What happened

Shares of coal producer Peabody Energy Corporation (NYSE:BTU) ended up down 10.4% at the end of trading today. The drop came after the company announced it was laying off more workers at its North Antelope mine in Wyoming. 

So what

According to The Casper Star-Tribune, three coal mines around the town of Wight, Wyoming will be laying off workers. One of those mines was the Peabody-owned North Antelope Rochelle Mine. While Peabody has not yet formally announced how many it would be laying off, this will be the third round of layoffs at that mine this spring alone. 

Overhead shot of excavating equipment at a coal mine.

Image source: Getty Images.

If demand for coal was already declining at a rapid rate, the economic shutdowns from the novel coronavirus outbreak has exacerbated that effect. Coal consumption for electric power is down 49% from its peak in 2007, and the consumption declines are getting greater and greater each year. With economic output significantly curtailed, the company is also faced with diminished demand for metallurgical coal used in steel making.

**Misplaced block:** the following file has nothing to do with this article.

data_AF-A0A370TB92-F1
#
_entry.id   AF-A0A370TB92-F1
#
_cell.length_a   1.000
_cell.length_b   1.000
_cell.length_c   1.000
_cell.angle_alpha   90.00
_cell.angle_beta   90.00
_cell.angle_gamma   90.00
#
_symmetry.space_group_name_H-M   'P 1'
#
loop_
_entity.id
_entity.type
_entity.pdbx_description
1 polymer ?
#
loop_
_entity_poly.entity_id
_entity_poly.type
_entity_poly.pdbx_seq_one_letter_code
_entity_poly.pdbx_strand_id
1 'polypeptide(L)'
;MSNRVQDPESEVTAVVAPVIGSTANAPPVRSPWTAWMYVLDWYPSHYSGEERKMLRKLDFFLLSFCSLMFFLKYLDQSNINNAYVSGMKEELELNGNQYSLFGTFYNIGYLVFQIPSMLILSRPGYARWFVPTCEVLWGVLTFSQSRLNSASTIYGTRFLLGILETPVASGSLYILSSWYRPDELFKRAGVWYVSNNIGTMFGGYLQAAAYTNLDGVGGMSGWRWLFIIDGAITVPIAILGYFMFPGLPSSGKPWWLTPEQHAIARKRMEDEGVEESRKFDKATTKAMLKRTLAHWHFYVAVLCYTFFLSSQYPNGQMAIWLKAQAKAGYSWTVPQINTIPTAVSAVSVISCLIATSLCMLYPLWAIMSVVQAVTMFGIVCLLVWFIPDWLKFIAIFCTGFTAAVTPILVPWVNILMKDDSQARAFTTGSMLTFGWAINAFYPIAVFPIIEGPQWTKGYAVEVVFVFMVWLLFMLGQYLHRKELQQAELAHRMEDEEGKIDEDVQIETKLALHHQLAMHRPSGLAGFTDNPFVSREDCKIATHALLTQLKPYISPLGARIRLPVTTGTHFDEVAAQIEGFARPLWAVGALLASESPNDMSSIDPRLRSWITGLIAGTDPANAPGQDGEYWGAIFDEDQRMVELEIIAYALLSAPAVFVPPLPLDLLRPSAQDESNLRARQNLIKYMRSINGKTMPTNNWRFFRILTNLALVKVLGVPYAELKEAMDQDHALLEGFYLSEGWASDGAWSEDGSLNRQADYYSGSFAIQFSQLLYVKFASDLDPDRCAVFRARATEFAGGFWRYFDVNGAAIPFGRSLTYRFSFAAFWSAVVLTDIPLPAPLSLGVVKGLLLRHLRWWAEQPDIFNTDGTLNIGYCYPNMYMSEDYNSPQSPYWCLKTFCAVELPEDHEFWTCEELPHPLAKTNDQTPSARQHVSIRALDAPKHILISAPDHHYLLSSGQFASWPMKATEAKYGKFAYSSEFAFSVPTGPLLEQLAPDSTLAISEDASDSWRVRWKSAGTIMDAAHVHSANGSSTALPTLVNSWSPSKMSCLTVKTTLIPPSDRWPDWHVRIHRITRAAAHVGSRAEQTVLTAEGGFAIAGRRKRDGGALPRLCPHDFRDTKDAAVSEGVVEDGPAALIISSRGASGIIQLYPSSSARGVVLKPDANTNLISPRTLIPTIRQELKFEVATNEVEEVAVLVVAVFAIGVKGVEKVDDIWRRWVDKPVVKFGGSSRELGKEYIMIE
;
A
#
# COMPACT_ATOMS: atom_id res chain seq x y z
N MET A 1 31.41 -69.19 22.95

Three rounds of layoffs in a couple of months are pointing to the fact that one of Peabody's largest and most productive mines isn't doing so well, which probably isn't good for the rest of the company's assets. 

Now what

The coal industry has been dying a slow death for quite some time. There aren't a lot of companies that can do well when demand for its primary product has been in decline for a decade. To add an economic shutdown on top of that dynamic is like throwing kerosene on a campfire. 

BTU Chart

BTU data by YCharts.

It's hard to say with certainty if Peabody Energy's stock is going to get better or worse from here or if the business is at significant risk of default because of this shutdown. The company is trying to rightsize the business with these moves, but we haven't been able to assess the full impact of the economic shutdown and the pending recovery. 

As far as an investment, though, Peabody has a lot of headwinds that don't appear to be letting up any time soon. That's a lot of risk to take on when there are other businesses out there in which you can invest with better long term potential